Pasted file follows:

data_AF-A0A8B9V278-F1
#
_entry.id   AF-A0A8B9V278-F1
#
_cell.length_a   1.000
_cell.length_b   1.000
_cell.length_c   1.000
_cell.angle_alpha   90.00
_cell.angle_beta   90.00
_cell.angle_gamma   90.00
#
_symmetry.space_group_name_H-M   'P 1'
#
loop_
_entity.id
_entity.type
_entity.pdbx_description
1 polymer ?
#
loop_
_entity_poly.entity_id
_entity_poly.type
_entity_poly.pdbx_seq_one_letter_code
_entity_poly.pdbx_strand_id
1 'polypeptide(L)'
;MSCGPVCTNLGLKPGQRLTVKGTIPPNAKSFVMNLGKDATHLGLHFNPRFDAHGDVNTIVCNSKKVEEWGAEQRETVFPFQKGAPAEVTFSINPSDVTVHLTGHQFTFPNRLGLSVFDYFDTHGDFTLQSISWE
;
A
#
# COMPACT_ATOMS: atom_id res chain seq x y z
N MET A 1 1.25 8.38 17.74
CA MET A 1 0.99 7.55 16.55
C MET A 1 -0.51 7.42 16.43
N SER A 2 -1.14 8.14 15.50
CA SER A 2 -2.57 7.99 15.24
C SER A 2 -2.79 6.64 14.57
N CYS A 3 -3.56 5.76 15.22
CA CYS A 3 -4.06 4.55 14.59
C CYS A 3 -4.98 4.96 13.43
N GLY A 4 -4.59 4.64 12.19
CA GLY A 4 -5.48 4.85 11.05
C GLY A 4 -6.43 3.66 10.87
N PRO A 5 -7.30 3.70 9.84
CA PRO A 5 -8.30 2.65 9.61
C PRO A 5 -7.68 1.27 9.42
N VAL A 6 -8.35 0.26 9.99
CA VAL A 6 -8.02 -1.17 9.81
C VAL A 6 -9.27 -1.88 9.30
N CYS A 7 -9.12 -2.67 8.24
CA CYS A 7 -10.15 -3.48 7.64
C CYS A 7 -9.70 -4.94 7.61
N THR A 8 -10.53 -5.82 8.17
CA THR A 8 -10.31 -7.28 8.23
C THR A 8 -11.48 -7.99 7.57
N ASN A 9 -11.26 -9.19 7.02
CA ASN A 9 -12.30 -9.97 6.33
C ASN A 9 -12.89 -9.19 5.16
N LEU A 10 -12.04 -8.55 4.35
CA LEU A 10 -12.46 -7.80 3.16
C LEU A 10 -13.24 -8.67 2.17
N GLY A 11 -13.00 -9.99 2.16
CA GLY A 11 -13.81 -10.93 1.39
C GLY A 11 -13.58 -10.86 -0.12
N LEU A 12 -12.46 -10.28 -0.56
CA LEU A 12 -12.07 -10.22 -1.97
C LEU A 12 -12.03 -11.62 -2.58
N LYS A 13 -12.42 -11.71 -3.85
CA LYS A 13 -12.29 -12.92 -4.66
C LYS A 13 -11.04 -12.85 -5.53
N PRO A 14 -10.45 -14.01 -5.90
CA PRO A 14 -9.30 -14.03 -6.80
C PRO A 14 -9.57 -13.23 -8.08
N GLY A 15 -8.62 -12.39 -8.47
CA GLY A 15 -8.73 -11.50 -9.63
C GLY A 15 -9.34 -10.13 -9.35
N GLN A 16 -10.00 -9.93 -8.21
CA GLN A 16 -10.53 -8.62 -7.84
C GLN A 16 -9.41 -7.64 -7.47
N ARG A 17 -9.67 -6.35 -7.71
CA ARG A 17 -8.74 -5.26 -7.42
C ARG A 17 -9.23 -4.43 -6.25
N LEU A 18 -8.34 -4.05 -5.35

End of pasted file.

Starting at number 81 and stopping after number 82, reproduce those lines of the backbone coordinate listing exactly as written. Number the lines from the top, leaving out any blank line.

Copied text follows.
C ARG A 17 -9.23 -4.43 -6.25
N LEU A 18 -8.34 -4.05 -5.35